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In Havre De Grace, Maryland the Johnson’s hotel was the only hotel that was African American friendly. Johnsons Hotels was on 415 South Strokes Street from 1890-1969. Between 1948-49 the Johnson’s hotel was put in the Green Book traveler’s guide. The owner of the hotel was Hillen Augustus Johnson. Johnson owned the hotel but also worked at Pitcock’s Hardware Store. He was a member of Chesapeake lodge 48, A.F. & A.M., consistory 2. And Jerusalem temple 4 and Chesapeake lodge No. 314 of I.B.P.O.E of W. But in 2005 the Johnson's Hotel was rebuild into a 1,525 square foot house that sits on a 6,000 square foot lot.

  • The Green Book that was sold
  • The flyer that was promoting the Johnson's Hotel from December 28th, 1944
  • Victor Hugo Green the author of the Green Book
  • the 2005 rebuild house
  • The Travelers' Green Book: 1960: Guide for Travel & Vacations

Information about the author

The author of the Green Book Traveler’s guide was Victor Hugo Green. He was born November 9th, 1892 in New York. He lived in Harlem and delivered mail in New jersey and retired in 1952. He was in the army as a supple company of the 350th field artillery 92nd division. He married Alma S. Duke in 1918 who was from Richmond, Virginia. Green opened a traveling company called, the Reservation Bureau, in the office on 135th street in Harlem above the small’s paradise, a music venue that was central to African American culture in the 20th century.

When Victor Green died on October 16th, 1960, his wife Alma took over as editor of the Green Book and continued to release update editions. After 30 years of the Green Book it quietly ceases publication in print in 1966 because of the Civil Rights Act of 1964.

Information about the Green Book

        The first publishing of the Green Book Traveler’s Guide was written in 1936 by Victor Hugo Green. The book was originally called the “Negro Motorist Green Book” was covered in 15-pages that listed travel-related businesses in the New York area for African American people. Each edition on the book would add another state with hotels and restaurants for travelers to go. From the 1948 edition of the green book traveler’s guide introduction said “There will be a day sometime in the near future when this guide will not have to be published. That is when we as a race will have equal opportunities and privileges in the United States. It will be a great day for us to suspend this publication for then we can go wherever we please, and without embarrassment.”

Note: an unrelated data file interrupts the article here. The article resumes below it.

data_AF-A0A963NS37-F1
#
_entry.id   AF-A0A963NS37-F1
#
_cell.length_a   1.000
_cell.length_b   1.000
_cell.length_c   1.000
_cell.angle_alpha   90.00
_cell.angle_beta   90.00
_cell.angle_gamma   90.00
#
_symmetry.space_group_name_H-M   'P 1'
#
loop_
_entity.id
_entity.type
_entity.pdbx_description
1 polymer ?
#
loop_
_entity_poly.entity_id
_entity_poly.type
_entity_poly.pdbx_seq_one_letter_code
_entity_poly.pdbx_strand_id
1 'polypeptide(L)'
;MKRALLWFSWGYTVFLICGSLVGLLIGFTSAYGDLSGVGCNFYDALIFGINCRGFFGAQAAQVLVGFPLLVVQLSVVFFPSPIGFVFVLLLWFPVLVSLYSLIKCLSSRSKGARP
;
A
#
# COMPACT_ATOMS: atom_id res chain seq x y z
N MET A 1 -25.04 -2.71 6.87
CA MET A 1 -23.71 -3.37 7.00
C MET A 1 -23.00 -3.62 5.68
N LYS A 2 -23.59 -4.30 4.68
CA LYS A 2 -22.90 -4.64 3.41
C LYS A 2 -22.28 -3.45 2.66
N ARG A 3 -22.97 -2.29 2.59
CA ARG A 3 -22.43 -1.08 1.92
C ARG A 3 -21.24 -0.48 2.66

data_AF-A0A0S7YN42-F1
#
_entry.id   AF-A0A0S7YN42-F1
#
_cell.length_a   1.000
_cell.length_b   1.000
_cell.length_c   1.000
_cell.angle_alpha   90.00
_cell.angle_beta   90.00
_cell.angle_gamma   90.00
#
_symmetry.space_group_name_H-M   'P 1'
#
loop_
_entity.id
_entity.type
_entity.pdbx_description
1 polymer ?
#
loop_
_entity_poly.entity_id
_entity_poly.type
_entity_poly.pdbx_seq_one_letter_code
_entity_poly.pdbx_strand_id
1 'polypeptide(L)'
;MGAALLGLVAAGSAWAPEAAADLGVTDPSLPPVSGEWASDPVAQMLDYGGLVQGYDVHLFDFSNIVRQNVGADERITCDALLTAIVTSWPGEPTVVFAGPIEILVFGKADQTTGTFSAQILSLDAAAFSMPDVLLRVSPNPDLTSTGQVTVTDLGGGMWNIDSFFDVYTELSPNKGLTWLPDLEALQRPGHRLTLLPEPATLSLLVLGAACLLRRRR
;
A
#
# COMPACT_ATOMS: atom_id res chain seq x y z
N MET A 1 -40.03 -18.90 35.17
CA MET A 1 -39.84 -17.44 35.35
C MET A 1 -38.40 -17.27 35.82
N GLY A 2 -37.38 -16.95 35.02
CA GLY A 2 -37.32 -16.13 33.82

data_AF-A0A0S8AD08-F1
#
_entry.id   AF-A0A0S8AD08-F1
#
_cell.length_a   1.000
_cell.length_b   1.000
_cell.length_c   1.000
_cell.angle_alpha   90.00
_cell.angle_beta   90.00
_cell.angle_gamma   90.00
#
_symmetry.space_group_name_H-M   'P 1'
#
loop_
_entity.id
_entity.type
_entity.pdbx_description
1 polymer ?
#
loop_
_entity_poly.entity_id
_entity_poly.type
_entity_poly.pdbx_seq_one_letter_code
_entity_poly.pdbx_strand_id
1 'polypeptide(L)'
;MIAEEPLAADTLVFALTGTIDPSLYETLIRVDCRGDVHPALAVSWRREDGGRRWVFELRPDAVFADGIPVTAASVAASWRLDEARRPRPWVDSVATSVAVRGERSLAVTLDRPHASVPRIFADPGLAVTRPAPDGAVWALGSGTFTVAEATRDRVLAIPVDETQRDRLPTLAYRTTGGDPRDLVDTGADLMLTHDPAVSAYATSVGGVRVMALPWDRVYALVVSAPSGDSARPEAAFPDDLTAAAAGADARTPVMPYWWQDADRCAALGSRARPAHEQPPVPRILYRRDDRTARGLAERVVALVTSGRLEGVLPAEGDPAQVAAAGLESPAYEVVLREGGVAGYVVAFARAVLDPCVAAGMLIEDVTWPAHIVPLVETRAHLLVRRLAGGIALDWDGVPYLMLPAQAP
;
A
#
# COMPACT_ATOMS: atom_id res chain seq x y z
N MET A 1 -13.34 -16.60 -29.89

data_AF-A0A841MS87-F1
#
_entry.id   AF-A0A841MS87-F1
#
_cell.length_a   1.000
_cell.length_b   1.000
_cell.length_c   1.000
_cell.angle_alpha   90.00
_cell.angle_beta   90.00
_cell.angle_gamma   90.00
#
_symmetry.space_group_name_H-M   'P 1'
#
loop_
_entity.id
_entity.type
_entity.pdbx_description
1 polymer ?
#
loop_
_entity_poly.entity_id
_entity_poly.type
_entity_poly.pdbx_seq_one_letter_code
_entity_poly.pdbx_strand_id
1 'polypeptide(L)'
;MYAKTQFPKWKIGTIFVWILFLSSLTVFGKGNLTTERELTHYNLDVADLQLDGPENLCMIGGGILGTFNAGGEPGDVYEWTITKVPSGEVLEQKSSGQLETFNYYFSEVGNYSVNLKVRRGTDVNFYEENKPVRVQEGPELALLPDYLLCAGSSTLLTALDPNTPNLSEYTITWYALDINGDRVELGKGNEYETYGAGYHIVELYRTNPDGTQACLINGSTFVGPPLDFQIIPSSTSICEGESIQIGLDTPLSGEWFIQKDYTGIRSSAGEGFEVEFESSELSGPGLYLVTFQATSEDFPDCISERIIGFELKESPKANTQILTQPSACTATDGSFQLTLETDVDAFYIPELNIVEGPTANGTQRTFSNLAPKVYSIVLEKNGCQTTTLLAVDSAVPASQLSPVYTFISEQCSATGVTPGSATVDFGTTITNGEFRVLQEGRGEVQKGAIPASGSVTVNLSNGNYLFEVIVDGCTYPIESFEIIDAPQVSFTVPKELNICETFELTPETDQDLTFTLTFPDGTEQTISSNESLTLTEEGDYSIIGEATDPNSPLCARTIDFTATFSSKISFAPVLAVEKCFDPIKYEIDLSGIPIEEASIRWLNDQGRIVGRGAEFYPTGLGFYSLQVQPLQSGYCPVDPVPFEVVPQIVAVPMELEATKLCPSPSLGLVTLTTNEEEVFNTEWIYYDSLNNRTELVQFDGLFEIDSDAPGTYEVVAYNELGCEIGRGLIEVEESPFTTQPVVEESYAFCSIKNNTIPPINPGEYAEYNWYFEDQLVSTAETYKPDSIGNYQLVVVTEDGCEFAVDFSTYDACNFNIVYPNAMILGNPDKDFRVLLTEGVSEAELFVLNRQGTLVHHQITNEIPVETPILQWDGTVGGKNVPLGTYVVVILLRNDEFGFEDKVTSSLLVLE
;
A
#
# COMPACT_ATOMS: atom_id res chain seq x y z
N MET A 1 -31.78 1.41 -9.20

In 1936 Victor Green wanted to address the problem by producing “The Green Book Traveler’s Guide”. This Book was not only about locations of hotels and restaurants it also gave people information to use when on the road. For example, if something happens at night- “Carry at least three 15-minute fuzees in your car. If you stop at night by the roadside to change a tire- Light the fuzees, stick them on the ground about 100 feet away… their red glare means danger, avoiding the risk of collisions!”. The Book added advertisements for restaurant, hotels, car services, and shopping centers.

        Green expanded by gathering field reports from fellow postal carriers and, offered cash payments to readers who sent in useful information. The Green Book also, helped many families with young children by protecting them and help them ward off those horrible points which they might have been thrown out and not permitted to sit somewhere. If there were any problems, people were told to report it to the back so they can change the book.

The Green Book was labeled as the “bible of black travel”. It wasn't the only traveling guide published for African Americans. There was the Hackley and Harrison’s Hotel and Apartment Guide for Colored Travelers (1930–31,) then the travel guide (1947-63), and the Grayson’s Guide: The Go Guide to Pleasant Motoring (1953–59) were contemporaries of the Green Book.

Andrews, Evan. “The Green Book: The Black Travelers' Guide to Jim Crow America.”, A&E Television Networks, 6 Feb. 2017,

“Hackley & Harrison's Hotel and Apartment Guide for Colored Travelers.” NYPL Digital Collections,

Harford County Public Library,

Book: Havre de Grace Harford County’s Rural Heritage by Jack Shagena Jr. and Henry Paden Jr.

“The Travelers' Green Book: 1960.” NYPL Digital Collections,

Wallenfeldt, Jeff. “The Green Book.” Encyclopædia Britannica, Encyclopædia Britannica, Inc., 10 Oct. 2019,

Image Sources(Click to expand)

Havre de Grace Harford County's Rural Heritage